27 March 2010

I flew to Sweden for a work trip, because my job is extremely arduous and I travel all the time and never hear a word of sympathy from my readers. I got off the plane at Stockholm airport and boarded the express train to the city. During the journey a short informational video was screened about how to use an escalator. You should always ensure your baggage is kept in front of you, apparently, or there is a risk it may topple over, bounce down the steps and seriously injure a passenger behind.
After the announcer had explained the nature of the danger, there was a dramatisation of a typical wrongly-placed-baggage accident. A woman nudged her suitcase, which clipped the ankle of a man on the next step and then plunged spectacularly down the escalator, gathering tremendous speed as it fell.
I waited eagerly for the final frame, in which the rogue luggage slammed into an innocent family, killing and maiming everyone in its path, but in fact it landed safely and didn't even break open. Mystifyingly, there was no escalator at the end of the journey anyway.
When I stepped out into the streets of Stockholm, it was desperately cold, and yet one of the first people I saw was a bare-legged man dressed as a Viking. I assumed most Swedes must wear Viking costumes at night, but I never noticed another one.
At my hotel's reception, the check-in bloke gave me a form to fill in, so I gave him my credit-card details and promised my life savings in the event that I should accidentally bump against one of the tiny tinnies of beer in the mini-bar.
"Sign here," he said, in his Flowerpot Men accent, "and on the backside."
As unsympathetic readers will know, I am a Z-list celebrity and highly sought-after nude model in Australia, but I didn't realise my fame had spread to Scandinavia. I waited for the receptionist to drop his daks so I could autograph his buttocks, but all he did was turn over the sheet of paper and point to another dotted line.
Stockholm was covered in snow. The whole city was like a big, white blobby thing.
The next morning, after an overnight snowfall, it looked even whiter and blobbier, but I decided to use my brief leisure time in Sweden to visit the Skansen, an outdoor museum, where a visitor can get an idea of what Sweden looked like in the past: it looked like a big, white blobby thing.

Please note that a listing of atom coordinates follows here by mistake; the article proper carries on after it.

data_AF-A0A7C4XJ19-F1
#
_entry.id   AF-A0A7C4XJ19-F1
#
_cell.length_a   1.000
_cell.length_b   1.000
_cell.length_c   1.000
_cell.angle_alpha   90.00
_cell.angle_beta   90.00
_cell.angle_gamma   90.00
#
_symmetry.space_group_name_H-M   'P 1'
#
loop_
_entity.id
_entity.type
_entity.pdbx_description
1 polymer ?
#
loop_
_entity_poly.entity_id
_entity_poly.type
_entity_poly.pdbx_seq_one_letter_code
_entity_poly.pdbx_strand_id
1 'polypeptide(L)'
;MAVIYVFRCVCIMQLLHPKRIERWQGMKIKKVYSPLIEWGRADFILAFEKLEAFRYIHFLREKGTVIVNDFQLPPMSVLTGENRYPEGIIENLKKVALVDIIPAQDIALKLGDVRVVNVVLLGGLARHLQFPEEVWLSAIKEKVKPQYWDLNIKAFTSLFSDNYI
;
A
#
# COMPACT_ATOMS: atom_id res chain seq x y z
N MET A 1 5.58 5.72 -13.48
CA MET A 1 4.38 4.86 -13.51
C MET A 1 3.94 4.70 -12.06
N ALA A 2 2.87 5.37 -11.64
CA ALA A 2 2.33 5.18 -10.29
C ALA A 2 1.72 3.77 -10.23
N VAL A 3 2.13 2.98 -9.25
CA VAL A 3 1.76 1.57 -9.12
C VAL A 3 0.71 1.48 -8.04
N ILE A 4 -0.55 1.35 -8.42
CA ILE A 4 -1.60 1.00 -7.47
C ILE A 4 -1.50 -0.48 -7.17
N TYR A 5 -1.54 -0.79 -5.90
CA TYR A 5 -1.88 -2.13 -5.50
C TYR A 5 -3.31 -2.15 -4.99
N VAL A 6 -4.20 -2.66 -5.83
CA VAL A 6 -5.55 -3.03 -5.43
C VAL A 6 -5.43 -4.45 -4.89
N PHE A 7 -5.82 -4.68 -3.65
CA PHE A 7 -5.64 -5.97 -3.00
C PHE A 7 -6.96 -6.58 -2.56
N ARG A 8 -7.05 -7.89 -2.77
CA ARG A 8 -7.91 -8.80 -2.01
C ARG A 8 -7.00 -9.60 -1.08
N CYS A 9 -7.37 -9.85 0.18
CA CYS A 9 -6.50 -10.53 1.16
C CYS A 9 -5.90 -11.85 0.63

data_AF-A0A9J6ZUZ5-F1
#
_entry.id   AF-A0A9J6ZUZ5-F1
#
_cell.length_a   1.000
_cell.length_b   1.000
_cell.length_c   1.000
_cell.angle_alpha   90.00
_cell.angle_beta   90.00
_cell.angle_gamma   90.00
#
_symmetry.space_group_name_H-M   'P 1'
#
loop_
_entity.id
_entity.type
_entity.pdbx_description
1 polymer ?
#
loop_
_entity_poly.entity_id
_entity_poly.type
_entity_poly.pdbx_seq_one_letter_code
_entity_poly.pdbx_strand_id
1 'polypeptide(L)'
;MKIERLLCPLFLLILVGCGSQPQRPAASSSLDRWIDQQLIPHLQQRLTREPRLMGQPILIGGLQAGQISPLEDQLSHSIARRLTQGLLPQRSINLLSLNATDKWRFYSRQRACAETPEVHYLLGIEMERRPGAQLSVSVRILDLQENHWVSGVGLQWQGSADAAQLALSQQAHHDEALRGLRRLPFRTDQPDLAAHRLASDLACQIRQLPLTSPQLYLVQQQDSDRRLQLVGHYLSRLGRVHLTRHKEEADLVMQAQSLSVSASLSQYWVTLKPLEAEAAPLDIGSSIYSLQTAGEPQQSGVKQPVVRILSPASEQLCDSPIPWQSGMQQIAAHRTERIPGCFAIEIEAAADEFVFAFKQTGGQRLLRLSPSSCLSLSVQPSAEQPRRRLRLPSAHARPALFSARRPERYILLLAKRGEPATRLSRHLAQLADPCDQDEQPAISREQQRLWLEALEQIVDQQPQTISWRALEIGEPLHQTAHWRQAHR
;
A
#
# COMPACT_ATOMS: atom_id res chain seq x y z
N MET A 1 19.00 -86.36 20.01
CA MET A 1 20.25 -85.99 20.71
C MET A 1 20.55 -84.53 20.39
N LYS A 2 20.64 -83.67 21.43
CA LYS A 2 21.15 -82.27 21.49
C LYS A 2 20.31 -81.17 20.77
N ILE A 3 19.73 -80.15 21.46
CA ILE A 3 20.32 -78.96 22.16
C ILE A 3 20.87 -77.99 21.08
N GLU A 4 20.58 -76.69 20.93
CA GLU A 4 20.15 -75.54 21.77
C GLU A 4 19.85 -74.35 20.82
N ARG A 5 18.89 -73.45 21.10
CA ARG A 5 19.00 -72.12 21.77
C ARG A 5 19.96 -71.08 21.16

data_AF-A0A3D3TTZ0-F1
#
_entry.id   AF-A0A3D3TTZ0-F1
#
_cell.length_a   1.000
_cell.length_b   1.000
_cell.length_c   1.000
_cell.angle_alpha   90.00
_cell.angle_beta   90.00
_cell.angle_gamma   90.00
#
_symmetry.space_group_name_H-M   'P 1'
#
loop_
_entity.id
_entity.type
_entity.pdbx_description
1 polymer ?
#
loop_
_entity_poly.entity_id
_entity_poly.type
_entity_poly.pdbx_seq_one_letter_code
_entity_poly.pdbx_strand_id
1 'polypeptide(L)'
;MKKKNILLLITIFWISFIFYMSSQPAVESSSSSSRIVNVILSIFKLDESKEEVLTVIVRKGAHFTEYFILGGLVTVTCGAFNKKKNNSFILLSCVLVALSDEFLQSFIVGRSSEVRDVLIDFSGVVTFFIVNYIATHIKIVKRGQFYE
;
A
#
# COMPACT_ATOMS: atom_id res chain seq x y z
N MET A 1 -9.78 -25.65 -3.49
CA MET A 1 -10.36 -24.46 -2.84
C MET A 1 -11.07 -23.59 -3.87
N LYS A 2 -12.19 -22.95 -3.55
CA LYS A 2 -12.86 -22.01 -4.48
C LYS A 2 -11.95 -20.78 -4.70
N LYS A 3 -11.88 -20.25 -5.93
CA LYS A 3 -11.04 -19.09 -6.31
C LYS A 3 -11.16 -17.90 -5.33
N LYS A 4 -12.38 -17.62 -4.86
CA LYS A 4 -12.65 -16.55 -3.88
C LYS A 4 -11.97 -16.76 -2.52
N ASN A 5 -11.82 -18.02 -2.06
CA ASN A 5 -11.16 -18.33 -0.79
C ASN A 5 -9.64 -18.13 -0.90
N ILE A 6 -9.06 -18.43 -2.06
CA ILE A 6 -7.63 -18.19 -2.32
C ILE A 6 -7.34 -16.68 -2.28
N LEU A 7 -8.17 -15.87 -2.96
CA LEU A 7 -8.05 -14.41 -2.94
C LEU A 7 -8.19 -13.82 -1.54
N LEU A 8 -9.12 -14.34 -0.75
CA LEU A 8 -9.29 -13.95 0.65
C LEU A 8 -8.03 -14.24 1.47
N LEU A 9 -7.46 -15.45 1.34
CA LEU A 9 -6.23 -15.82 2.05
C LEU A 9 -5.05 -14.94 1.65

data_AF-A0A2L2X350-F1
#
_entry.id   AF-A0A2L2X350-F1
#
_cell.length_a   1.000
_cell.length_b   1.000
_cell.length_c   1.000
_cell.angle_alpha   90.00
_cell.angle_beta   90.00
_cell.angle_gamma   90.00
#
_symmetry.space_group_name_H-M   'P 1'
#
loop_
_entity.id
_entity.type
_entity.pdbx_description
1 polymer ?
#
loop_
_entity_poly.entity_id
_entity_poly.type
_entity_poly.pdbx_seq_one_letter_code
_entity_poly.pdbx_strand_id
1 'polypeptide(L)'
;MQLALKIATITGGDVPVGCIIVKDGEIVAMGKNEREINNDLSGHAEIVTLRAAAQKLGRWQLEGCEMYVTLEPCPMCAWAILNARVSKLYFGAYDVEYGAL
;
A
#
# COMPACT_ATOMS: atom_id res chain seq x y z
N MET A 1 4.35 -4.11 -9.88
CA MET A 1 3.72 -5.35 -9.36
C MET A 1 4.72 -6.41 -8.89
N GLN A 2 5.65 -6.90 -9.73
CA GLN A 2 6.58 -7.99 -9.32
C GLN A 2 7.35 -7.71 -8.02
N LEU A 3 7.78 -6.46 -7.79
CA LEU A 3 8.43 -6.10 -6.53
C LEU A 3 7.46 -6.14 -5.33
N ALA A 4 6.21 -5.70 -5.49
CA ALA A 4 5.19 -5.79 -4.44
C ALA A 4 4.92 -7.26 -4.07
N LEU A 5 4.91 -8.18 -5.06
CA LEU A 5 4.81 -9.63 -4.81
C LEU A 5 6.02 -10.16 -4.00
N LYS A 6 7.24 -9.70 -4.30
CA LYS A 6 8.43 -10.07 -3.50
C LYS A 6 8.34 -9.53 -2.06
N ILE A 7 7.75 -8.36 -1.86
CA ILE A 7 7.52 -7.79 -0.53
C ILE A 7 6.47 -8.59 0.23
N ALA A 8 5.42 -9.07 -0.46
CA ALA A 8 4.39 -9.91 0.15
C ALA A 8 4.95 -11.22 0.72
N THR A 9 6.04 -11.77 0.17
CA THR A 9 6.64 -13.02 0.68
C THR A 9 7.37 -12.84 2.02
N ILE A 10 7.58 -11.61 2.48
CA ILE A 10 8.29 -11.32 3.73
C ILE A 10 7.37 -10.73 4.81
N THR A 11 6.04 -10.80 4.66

Also in the Skansen was a museum of smoking and, less promisingly, matches. (The match was a Swedish invention. Who knew?) I quite enjoyed looking at all the old cigarette boxes, printed in the days before every packet came with a picture of a cancerous tumour on the front, and even the different matchboxes were oddly pleasing when displayed together in a cabinet.
Elsewhere in Stockholm is a museum of drinking, which I will visit next time. If they had a museum of kebabs, the Swedes would have memorialised my entire adult life.
I had lunch with a beautiful actress, which is never a good idea. I buttered my bread with the table knife, which left me with an implement the size of a cheese knife to eat my lunch with. Then I tucked into my forkful of what I assumed was coconut relish but turned out to be pickled horseradish, which tore through my nostrils like cocaine cut with detergent, and seared a big red hole in my brain.
The national pastime in Sweden in winter is falling over on the icy pavements, and I threw myself into this with culturally appropriate enthusiasm. I slipped onto my back outside the railway station, and even managed to slide halfway under a taxi while I tried to climb into the back seat.
A more realistic informational video might show people, rather than suitcases, toppling to the ground, and hundreds of Swedes hurrying past them taking no notice at all.